Pork Shoulder ‘Boston’ Blade Roast.
It is likely, especially in many American markets, that you will know this cut as a Pork ‘Boston Butt’ Roast. It is probably not unreasonable to declare that meat from the pork shoulder area is consumed as often as cuts from any other pork section, owing largely to the fact that shoulder meat is barbecue meat! For many, dedication to pork barbecue is the nearest thing to religion! If you’ve ever spent time in the great cities of St. Louis, Memphis and a select few others, you likely know just what I mean. From the humble shoulder of such a common animal comes the meat that has made ‘barbecue’ a household name in just about any language!
The pork Shoulder Blade Roast is produced from – you guessed it – the shoulder blade section of the animal (see chart at top of page). If you are familiar with the look of this roast, imagine it being connected to the pork shoulder ‘picnic ‘ roast (see image at left). If still connected, this would be the larger piece, known as the whole pork shoulder, that is separated to create the blade and picnic roasts that have long been supermarket meat shop staples. There was a time not so long ago when it was still common for supermarket butchers to receive these full pork shoulders for splitting in the store. There was a dilemma in this, however.. the Boston Blade Roast portion is in much greater demand in many supermarkets than is the shoulder picnic roast. So what to do after splitting all these pork shoulders if only half of the piece is popular and selling well?! Well, the popularization of the smoked picnic roast, or picnic ham, took care of all that. Nowadays supermarket meat shops almost always receive Boston Butt Blade Roasts by themselves – that is, already separated from the ‘picnic’ shoulder. Picnic roasts likewise are received separately as a smoked product (picnic hams) and are vacuum sealed, a novel invention to increase the ‘shelf life’ (length of time a meat item can stay in a butcher’s meat counter) of an item that may not sell as well or as often as some other items.
Cooking methods for the Pork Shoulder ‘Boston’ Blade Roast vary because it is ‘merchandised’ by supermarket butchers into a variety of popular cuts. I began this section by writing a little about the incredible and enduring popularity of pork barbecue. Well, the methods for making it run from simple to rather complex, but as with some other cuts, the key ingredient is time. It can be dropped into the crock pot (ask your butcher to cut in half in case it may be too large for yours), some water added to it as well your favorite pork-friendly seasonings, and in this manner, it is easy to produce a falling-off-the-bone tender product, to which your favorite barbecue sauce can be added to create a simple but easy & tasty mix for some great barbecue sandwiches. The bbq fan in your house will be thrilled to find such a mix available just before the ballgame kicks off.. trust me on this one!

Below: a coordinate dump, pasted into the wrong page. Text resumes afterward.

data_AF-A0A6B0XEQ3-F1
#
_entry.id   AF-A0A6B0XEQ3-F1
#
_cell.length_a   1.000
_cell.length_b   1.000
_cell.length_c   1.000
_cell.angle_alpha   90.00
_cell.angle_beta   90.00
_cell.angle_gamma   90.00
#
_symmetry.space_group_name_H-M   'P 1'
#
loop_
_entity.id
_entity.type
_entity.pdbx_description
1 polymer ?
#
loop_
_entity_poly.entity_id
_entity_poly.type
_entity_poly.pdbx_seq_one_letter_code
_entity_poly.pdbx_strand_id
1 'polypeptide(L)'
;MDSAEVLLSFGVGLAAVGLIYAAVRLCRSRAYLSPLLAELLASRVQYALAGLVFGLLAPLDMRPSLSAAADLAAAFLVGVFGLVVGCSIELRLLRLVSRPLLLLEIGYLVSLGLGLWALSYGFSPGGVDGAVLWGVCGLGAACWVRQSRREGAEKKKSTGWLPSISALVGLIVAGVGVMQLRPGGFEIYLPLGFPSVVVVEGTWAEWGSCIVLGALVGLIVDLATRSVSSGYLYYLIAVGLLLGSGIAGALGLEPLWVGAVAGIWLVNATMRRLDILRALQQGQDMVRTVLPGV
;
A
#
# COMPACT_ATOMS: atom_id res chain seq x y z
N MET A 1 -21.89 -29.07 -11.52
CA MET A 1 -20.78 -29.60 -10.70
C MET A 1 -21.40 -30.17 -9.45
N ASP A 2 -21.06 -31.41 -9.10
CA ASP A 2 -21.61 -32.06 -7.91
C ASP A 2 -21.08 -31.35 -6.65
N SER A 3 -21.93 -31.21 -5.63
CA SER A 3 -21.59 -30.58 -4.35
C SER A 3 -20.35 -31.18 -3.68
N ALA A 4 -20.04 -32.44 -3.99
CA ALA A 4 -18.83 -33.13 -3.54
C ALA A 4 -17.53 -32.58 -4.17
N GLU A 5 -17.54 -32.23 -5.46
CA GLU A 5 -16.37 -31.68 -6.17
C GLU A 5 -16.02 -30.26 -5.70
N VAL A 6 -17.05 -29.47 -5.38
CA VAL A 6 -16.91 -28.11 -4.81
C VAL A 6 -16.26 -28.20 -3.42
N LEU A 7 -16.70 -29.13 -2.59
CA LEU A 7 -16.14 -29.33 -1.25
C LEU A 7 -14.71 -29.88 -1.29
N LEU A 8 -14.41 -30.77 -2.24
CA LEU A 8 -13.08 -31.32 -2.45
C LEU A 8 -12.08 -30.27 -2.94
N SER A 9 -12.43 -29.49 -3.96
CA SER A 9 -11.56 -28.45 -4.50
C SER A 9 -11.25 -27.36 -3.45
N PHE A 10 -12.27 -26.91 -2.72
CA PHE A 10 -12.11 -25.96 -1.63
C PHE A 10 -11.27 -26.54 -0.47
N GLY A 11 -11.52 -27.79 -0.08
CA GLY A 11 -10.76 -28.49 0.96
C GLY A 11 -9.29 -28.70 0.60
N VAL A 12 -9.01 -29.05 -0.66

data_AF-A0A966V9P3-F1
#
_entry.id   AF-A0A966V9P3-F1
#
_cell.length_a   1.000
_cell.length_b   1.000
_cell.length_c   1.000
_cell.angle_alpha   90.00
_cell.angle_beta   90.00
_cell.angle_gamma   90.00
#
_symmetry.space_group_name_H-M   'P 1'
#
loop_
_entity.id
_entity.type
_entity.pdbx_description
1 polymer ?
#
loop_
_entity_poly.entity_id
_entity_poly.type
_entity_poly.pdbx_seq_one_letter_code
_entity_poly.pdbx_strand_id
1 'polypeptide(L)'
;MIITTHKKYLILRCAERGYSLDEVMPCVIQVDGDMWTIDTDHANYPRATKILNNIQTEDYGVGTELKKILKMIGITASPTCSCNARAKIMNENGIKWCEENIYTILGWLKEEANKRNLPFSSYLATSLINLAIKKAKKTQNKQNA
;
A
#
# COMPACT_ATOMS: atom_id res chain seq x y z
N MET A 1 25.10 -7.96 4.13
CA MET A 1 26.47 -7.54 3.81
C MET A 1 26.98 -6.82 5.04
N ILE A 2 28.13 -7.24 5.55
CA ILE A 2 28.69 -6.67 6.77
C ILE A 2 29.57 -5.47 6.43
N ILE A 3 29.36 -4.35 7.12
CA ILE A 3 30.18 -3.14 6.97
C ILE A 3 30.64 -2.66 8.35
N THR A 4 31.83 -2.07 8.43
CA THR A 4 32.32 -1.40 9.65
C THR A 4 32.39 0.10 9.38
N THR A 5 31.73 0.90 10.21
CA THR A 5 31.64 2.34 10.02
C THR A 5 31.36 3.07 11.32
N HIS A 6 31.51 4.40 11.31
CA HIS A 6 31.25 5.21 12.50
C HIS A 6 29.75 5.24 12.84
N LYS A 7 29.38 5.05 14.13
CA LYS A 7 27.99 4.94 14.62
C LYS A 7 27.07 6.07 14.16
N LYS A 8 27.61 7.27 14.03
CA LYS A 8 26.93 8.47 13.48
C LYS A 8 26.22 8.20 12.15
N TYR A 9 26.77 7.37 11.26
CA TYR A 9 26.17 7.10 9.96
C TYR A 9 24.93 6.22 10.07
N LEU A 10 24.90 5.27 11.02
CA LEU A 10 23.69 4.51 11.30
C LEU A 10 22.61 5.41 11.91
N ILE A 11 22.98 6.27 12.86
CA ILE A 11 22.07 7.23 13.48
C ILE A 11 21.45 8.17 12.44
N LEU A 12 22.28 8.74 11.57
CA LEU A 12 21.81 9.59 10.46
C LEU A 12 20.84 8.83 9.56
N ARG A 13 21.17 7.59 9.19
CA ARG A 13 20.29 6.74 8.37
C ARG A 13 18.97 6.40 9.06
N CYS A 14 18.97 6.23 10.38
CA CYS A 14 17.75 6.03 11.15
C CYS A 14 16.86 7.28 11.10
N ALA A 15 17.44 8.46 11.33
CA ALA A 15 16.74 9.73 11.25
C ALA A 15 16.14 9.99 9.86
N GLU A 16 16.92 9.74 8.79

*Important! As with any pork products, I strongly recommend being sure during cooking and before eating, that the meat reaches an internal temperature – at its thickest area – of at least 145 degrees fahrenheit and does not come below that temperature for a continuous period of at least 15 seconds. Any juices visible in or around the meat should be clear and never reddish or pink! These safeguards will ensure that any harmful parasites or bacteria that might have been in the meat have been destroyed.
meatshop101 Shoppers’ Tip:
The Pork Shoulder ‘Boston’ Blade Roast is quite a bit more versatile than it would appear at a glance. Chances are you’ve more than once enjoyed delicious meat portions by totally different names, and had no idea they were created from this piece. There are often many ways to slice & dice a humble, simple-looking piece of meat, and a skilled butcher will be well-acquainted with this art of ‘merchandising’. In any meat shop, the opportunities for profit lie largely in breaking down a given piece of meat into a variety of items for which a higher price is charged.
So for our present example, I highly recommend keeping a good eye on your favorite supermarket’s newspaper flier for a great sale on these Pork Shoulder ‘Boston Butt’ Blade Roasts, which can create an opportunity to put the following advice to best use. By the way, it is still common to find these roasts fairly often at a sale price of less than a dollar per pound. Pick out a nice large piece, and ask your butcher to cut 2 nice steaks (these are called ‘pork steaks’ or ‘blade steaks’) off the ‘front face’ of the piece – these will be a nice addition to the grill at your next cookout. Ask him also to then take 2 cuts at about 1 and 1/4 inches, lay them flat and split them through their lean middle, creating Country Style Ribs. Now technically, real country style ribs are cut from the rib end of the pork loin, but many supermarket meat shops merchandise these blade roast cuts under that name. The good news is that, whatever one chooses to call them, they are simply delicious and will do wonderfully on the grill and in the oven! Finally, with the remainder of the blade roast, you can ask the butcher to remove any remaining bone, then either portion the remaining lean into stew meat, or grind the rest for some outstanding meatball material! Be confident when making these requests of the butcher.. it is a guarantee that this is a part of his job, even if he doesn’t appear bowled over by the idea of doing it. This is just one idea for having normally more expensive and very useful cuts created for you out of an inexpensive pork roast. The point is that the Pork Shoulder ‘Boston Butt’ Blade Roast can be a real investment piece for you.. a dandy cut that does a lot more than barbecue!